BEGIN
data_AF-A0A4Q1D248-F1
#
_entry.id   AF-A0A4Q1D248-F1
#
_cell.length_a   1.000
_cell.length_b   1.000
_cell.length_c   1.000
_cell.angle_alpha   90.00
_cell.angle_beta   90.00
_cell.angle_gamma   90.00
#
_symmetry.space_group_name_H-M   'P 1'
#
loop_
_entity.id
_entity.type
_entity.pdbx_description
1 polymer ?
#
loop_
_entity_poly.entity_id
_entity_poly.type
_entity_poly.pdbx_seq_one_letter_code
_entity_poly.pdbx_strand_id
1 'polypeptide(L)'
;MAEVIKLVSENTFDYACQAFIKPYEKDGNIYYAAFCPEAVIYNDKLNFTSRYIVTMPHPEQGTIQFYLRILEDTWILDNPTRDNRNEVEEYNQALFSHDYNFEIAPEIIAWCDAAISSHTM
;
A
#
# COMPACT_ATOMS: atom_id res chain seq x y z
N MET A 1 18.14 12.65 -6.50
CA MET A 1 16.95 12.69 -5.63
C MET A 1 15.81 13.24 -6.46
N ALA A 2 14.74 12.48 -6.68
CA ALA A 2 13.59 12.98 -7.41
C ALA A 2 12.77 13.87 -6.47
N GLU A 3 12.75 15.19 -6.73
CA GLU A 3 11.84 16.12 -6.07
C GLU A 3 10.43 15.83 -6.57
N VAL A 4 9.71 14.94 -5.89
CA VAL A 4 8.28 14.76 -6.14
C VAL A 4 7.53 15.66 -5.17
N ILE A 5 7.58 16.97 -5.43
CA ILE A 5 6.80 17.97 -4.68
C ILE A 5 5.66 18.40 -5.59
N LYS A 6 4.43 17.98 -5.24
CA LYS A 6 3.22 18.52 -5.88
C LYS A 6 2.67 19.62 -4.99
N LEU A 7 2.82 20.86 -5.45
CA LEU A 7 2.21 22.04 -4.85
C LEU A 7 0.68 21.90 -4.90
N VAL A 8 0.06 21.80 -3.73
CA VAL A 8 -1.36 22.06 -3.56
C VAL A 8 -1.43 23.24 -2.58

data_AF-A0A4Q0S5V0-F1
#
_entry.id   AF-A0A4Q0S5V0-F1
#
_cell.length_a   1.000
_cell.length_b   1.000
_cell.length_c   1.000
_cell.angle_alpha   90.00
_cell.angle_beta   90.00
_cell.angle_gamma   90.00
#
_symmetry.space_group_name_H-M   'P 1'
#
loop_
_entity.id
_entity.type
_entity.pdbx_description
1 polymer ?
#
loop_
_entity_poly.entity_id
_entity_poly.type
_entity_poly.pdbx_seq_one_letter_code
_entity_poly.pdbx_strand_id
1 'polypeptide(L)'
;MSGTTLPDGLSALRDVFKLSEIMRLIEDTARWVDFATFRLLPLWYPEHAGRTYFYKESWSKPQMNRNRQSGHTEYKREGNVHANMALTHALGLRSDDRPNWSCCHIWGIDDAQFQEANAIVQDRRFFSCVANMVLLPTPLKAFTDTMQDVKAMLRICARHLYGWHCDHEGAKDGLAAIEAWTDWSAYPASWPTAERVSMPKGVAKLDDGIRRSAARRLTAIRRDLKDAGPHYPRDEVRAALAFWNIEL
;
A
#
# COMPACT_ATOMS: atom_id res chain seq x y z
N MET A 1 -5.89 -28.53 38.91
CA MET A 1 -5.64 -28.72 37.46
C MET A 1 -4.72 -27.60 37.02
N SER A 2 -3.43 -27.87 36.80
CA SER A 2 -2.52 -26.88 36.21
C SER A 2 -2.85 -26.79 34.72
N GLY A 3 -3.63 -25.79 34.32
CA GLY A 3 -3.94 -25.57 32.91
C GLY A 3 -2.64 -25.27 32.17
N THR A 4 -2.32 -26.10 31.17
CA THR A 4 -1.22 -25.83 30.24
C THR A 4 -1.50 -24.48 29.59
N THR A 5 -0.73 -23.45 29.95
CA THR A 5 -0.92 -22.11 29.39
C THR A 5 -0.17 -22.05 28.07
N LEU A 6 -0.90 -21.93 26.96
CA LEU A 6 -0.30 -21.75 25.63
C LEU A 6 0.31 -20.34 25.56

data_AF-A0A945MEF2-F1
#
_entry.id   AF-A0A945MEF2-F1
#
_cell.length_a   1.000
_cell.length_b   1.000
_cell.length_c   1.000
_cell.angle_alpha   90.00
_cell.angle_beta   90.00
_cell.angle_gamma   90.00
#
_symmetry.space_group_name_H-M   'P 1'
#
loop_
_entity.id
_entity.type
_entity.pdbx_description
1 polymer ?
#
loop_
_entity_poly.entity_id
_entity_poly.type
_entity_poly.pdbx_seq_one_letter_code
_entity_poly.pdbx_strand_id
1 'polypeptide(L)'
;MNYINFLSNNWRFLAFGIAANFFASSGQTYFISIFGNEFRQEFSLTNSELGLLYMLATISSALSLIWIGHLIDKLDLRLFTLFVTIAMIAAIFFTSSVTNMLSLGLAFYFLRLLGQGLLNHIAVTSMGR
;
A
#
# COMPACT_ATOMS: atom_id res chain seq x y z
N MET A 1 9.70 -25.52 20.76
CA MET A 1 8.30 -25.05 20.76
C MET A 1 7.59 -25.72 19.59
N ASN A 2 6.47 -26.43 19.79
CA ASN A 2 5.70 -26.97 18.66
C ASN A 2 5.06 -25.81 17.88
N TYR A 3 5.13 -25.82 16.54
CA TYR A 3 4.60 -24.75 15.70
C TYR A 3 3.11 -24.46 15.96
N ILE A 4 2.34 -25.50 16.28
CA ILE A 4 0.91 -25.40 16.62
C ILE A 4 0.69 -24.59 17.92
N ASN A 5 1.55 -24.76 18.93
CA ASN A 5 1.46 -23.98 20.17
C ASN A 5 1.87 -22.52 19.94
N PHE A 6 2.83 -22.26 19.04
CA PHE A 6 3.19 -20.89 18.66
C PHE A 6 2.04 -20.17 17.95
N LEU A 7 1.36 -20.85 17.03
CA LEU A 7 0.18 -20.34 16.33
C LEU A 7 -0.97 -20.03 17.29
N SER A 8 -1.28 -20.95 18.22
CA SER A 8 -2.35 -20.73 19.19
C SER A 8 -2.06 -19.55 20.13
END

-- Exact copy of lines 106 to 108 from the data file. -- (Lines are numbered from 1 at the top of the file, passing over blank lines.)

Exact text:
#
_cell.length_a   1.000
_cell.length_b   1.000